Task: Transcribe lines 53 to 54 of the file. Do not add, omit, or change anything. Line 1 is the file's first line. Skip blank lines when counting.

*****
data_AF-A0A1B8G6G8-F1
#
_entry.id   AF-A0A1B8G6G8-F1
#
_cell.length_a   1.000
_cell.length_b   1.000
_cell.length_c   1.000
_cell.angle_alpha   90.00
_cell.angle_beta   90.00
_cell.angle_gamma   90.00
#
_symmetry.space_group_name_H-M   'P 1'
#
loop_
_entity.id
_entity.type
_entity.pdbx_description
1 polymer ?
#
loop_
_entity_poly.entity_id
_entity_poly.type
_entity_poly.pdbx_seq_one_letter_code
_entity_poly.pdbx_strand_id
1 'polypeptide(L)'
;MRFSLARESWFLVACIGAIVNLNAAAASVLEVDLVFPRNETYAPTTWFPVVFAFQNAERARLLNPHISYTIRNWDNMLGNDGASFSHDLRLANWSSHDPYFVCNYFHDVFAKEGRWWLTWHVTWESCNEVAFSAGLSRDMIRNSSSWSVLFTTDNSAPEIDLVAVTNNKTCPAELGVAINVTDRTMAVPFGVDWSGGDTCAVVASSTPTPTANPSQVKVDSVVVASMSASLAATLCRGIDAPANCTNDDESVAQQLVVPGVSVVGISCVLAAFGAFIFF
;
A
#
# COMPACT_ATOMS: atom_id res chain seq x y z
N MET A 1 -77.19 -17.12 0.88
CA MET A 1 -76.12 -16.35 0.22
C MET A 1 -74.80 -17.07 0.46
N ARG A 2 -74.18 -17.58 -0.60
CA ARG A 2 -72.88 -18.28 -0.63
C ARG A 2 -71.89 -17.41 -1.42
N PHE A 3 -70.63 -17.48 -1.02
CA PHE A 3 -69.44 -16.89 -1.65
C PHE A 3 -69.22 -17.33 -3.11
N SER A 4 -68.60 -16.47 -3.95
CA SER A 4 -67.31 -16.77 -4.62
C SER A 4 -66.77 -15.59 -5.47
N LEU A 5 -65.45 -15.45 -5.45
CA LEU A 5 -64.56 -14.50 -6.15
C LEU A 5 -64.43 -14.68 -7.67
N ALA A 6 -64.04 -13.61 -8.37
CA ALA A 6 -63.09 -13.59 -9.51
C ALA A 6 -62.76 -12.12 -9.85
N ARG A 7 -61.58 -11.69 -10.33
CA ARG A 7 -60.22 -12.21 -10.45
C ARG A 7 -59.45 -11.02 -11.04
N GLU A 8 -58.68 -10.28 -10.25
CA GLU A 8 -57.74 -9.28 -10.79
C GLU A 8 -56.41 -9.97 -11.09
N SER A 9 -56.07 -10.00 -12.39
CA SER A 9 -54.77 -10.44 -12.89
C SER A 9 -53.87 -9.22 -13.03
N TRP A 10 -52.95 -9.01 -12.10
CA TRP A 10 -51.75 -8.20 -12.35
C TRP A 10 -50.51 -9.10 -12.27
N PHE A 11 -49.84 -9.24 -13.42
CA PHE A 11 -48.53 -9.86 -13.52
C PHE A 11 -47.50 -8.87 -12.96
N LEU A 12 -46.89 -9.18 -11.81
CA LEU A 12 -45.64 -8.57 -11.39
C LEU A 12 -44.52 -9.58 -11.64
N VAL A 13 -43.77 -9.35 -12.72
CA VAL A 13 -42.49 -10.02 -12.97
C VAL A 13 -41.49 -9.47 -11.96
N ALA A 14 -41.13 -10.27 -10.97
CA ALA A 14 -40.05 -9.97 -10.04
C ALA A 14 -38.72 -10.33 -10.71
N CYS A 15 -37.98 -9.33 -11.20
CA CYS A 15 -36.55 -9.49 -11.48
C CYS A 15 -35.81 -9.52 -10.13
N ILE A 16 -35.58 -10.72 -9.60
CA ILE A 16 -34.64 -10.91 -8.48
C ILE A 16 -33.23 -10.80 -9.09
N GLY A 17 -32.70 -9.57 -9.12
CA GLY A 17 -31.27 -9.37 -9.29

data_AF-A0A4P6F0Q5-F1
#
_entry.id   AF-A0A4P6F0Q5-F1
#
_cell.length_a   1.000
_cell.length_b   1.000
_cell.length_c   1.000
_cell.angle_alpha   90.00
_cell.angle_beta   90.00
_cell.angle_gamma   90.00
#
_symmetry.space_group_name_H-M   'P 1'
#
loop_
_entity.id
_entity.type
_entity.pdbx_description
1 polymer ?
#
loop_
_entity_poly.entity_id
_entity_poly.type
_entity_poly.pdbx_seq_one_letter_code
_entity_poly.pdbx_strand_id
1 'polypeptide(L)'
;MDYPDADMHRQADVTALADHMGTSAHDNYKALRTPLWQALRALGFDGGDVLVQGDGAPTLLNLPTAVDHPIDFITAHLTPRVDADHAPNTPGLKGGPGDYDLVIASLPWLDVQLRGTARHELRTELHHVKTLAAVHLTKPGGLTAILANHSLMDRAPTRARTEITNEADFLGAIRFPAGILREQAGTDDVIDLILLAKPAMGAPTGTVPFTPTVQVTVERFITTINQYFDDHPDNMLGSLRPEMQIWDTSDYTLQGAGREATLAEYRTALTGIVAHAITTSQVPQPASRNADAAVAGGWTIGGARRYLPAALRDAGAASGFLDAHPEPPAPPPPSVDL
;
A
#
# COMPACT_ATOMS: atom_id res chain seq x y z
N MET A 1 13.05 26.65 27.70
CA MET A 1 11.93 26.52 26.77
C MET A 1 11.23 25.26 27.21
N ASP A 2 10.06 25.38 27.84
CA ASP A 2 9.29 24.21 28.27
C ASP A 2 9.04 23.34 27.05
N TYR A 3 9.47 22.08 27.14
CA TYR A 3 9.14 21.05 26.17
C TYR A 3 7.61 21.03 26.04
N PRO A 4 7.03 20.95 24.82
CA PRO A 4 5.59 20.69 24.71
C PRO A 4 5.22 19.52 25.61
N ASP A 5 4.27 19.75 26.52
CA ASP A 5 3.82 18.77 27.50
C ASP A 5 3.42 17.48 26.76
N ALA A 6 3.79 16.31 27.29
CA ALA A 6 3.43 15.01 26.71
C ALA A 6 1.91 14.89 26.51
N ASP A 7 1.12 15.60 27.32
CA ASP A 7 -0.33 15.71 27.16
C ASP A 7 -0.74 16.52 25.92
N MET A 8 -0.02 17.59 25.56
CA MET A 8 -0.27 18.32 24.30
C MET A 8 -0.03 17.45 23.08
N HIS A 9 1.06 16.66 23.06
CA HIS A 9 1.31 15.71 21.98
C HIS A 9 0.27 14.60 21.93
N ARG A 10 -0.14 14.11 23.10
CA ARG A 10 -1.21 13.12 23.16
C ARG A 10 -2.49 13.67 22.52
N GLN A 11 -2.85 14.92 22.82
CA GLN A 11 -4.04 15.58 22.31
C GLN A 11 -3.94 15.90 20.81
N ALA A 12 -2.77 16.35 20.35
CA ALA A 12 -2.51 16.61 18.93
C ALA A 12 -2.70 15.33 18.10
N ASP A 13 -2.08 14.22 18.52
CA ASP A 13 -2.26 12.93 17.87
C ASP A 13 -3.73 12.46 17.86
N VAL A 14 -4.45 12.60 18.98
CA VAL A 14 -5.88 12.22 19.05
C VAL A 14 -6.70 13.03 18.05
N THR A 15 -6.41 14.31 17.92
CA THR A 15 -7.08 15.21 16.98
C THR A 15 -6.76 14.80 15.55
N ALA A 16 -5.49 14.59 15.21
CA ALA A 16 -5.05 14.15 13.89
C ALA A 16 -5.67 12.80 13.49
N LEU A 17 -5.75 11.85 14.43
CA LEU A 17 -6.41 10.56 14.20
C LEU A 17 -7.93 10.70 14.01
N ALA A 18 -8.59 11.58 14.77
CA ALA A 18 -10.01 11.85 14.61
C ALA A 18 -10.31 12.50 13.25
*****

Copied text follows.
CA GLU A 8 -57.74 -9.28 -10.79
C GLU A 8 -56.41 -9.97 -11.09